I breed healthy, high-quality, closely-related animals, hoping to enhance their good points in their offspring. I “linebreed,” in that I’ve chosen dogs to start with which are either direct descendants or otherwise closely related to the great sire Ch Kirkwood Top Brass. Thus my typical pedigree shows many repeated ancestors on both the sire’s and dam’s sides.
Linebreeding works beautifully to improve dogs’ quality, as long as the breeding animals chosen are healthy and have not exhibited genetic problems in the past. It’s not foolproof, because concentrating the genetic base means concentrating both good and bad. Thus it’s important to start with as little in the way of “bad” genetics as possible.
Any kind of breeding using closely-related dogs (like Linebreeding) is technically “inbreeding.” However, when breeders use the term , they mean very close breeding, as in father – daughter, mother - son or, closest of all, brother-sister. I’ve never done this, but I wouldn’t rule it out absolutely. Inbreeding can be a very powerful tool if used with care.
Very close breeding can expose genetic defects quickly by eliminating the variety that enters with breedings to unrelated dogs and is sometimes used in “test breedings” for this purpose. Of course, when all the good genes in both animals “line up,” as it were, inbreeding can produce an animal as close to perfection as his genes allow. As you can see, both risks and rewards can be significant.
Often pet owners speak of an unsatisfactory dog as being “too inbred.” What they usually mean is “carelessly bred” -- bred by someone without the knowledge or interest to improve this dogs, breeding to the “dog next door” only to produce purebred puppies, puppies with all kinds of problems. Some actual “inbreeding” may happen in careless breeding, especially in puppy mills, but the casual backyard breeder’s choice of sire and dam is almost random. Obviously not the way to produce decent dogs.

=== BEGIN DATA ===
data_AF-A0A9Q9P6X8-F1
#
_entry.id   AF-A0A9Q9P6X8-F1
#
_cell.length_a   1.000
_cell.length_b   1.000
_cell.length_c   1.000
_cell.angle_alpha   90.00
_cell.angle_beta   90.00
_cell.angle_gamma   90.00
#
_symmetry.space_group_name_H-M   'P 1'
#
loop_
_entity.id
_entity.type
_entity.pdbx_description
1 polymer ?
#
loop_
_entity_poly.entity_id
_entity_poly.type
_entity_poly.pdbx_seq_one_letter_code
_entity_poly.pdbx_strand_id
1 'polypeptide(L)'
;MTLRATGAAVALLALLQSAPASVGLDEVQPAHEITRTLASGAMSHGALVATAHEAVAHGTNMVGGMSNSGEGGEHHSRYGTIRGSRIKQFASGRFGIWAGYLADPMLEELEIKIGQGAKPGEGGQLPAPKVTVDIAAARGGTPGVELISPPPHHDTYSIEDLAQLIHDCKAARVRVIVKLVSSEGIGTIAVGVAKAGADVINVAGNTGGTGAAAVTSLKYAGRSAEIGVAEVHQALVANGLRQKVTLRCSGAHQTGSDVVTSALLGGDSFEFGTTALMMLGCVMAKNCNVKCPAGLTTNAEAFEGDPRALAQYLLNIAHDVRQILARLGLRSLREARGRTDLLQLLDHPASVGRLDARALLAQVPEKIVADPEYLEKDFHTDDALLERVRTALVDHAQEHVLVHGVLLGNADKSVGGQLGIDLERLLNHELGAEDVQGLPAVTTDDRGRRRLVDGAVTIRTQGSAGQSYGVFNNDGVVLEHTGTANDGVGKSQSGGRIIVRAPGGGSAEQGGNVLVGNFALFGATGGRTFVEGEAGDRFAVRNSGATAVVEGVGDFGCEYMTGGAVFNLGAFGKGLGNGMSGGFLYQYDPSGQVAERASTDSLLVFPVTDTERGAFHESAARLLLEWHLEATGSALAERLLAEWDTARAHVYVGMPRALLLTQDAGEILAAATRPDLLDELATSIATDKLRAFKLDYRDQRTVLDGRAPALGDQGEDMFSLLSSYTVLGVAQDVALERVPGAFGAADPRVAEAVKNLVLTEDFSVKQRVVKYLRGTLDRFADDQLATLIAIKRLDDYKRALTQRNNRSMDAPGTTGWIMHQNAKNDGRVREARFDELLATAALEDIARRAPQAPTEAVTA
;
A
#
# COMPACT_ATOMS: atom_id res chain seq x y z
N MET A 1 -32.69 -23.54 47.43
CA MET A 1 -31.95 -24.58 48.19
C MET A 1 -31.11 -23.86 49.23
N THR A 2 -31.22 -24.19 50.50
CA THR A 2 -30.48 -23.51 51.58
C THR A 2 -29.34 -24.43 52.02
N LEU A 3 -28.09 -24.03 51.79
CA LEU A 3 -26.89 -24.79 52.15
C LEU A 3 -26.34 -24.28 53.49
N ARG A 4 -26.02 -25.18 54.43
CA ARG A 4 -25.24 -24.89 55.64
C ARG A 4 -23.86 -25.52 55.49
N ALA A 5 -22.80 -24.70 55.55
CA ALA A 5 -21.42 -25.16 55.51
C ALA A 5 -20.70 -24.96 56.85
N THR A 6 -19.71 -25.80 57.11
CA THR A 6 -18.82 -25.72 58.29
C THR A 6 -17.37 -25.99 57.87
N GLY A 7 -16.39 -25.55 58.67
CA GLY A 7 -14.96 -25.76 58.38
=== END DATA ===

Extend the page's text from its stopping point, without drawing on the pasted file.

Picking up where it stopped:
When I’ve bred a couple of generations with no outside blood, all my dogs are close cousins or half-siblings. To retain the vigor and qualities I want, I find a sire to breed to who is not related to my dogs. “Unrelated,” however, is not all I want in an outcross sire. He must be a good individual in his own right and be closely linebred, as my dogs are – but to dogs of a different line.
An outcross breeding should add qualities that are wanting in my existing dogs and enhance good things that are already there. The first-generation puppies from such a breeding probably won’t be as uniform as my normal litter, since their genetic heritage will be much more diverse. However, such puppies typically exhibit “hybrid vigor” because of the addition of new genes, and the best ones will be very good, since they will show the best of both lines. To “set” the good characteristics an outcross produces, I will breed these first-generation outcross animals back to my original line.
Dog-Next-Door or Big-Winner Breeding
I don’t do this. Just because a sire is nearby, that doesn’t mean he has anything I need in my dogs. Even a good dog, a big show winner, won’t necessarily be a good choice for a sire. I depend greatly on pedigree, not just appearance, to choose sires. I’m not breeding just to get purebred puppies; for that any Welsh Terrier male would do.
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